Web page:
Here lyeth interred Susan Doyley, only daughter and heir of Edmund Doyley, Esq; and Bridget his wife. Edmund was the only son and heir of Sir Henry Doyley knight, of Shottesham-Hall in Norfolk. Bridget was the eldest daughter of John, son of Sir Edw. Coke, &c. she died February 18, in the 5th year of her age, 1639.
The church had anciently two medieties, one belonging to the King's manor, the other to that of Tovi, which coming into the Crown, the patronage of both rested there, till granted with those lordships from the Crown.
Hubert de Montchensy, lord of one, by deed, sans date, and Gilbert Fitz-Richard, lord of Cley, gave to the priory of Castleacre, two parts of their tithes in Holkham, and Cley juxta mare, of all things tithable; (fn. 13) —witnesses, Jeffrey de Tresgoz, Henry de Claia, Ralph Fitz-Eudo, Roger de Montchensi, Warin de Montchensi, his brother.
An agreement was made between John, the prior of Castleacre, and Simon, abbot of West Derham, reciting that the prior of Castleacre had let to the abbot two parts of the corn tithes of the demean lands, formerly Sir Warin de Montchensy's, in Holkham, at the yearly rent of 40s. the abbot to be at all charges, and in default of the rent, or any part thereof, to pay 20s.
The said abbot and convent tie all the lands and tenements which they hold of the fee of the Earl Warren in Norfolk, that the bailiff of the said Earl, for the time being, may distrain goods and chattels, found in the said tenements and lands, and keep them back till the prior was fully satisfied for the said 40s. rent, and 20s. by way of damage, for not keeping the term of payment; dated the day after the feast of St. Mary Magdalen, 1304.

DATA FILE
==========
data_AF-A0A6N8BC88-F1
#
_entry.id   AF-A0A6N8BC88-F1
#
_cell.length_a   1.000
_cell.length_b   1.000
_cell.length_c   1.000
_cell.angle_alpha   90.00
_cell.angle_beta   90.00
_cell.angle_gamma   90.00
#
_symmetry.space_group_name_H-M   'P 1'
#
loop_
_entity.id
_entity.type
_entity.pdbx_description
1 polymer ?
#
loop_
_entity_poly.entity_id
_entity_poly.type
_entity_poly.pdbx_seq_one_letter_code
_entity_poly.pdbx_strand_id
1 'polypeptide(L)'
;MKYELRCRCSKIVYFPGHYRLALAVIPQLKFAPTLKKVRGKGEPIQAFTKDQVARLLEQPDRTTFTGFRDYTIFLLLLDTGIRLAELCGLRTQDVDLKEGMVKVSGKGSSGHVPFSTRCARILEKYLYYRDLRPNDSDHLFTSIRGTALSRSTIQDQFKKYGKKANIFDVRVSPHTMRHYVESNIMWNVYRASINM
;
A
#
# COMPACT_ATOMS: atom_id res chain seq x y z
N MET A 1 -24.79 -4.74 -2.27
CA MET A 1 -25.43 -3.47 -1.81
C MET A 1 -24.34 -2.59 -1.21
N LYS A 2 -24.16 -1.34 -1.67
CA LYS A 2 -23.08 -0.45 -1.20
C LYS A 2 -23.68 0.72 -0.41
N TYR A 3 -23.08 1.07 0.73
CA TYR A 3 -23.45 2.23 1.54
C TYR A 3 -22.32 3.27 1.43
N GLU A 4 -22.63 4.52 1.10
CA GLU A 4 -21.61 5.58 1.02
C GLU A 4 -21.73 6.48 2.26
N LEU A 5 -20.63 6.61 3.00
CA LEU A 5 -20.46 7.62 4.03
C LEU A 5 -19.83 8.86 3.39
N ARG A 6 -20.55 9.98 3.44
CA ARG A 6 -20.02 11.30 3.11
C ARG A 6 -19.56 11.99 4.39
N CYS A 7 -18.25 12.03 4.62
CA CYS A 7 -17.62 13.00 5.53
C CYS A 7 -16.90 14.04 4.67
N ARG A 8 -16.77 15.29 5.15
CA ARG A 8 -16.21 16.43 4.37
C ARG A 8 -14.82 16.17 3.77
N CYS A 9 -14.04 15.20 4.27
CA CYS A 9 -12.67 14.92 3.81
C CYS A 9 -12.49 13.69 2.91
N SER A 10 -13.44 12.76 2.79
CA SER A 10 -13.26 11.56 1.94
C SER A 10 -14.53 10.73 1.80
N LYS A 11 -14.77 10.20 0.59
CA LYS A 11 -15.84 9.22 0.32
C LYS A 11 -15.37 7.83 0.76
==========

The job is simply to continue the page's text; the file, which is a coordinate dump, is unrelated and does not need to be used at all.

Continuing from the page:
William Lord Montchensi gave a moiety of this church to the abbey of West Derham, and King John. (fn. 14) in his 2d year confirmed it with all its rights. This was valued at 35 marks, and was appropriated by John Bishop of Norwich.
King John, in his 16th year, granted to the monastery of St. Martin de Monte Viterbij, in Tuscany, 30 marks per ann. out of a moiety of this church: witnesses, William Archbishop of Burdeaux, R. Tetragor. episcopo, and signed by Ralph de Nevill, (the King's chancellor, as I take it, then dean of Litchfield, and after Bishop of Chichester) dated May 26, at Partnay.
This mediety was also valued at 35 marks, and appropriated to the monastery of St. Martin, and a vicarage was settled, called Walter's, valued at 5 marks. This mediety was let to farm to the prior and convent of Walsingham.
1321, Walter de Helweton, presented by Aymer de Valence, Earl of Pembroke, to this mediety, as rector; who recovered it in the King's court against the abbey of St. Martin, and so set aside, the title not being clear, and no Bishop consenting to the appropriation.
In 1347, the abbot of West Derham, having obtained titles to both these medieties, and advowsons, Will. Bishop of Norw. this year, reappropriated them, settled the 2 vicarages again, and consolidated them, Fransham and Herring resigning their 2 medieties or rectories, and Herring was instituted to the consolidated vicarages, the Bishop reserving a pension of 4 marks per ann. to the see, and 5s. per ann. to the sacrist of Norwich priory, and the nomination to the vicarage.
On May 2, in the 3d of Edward VI. the rectory and patronage of the vicarage, lately in West Derham, being in the Crown, was granted to Sir John Clere; and about the said time, Dr. Thirlby Bishop of Norwich released to the King 59s. 8d. pension issuing out of the rectory.
This family's name is of great antiquity: Coke or Cocke (from whence it is derived) is the name of a river (so called by the ancient Britons,) in Norfolk and other counties, as Cokesford, and CockThorpe, Cocker, or Cockre, in Cumberland, Cokeley, in Suffolk, &c.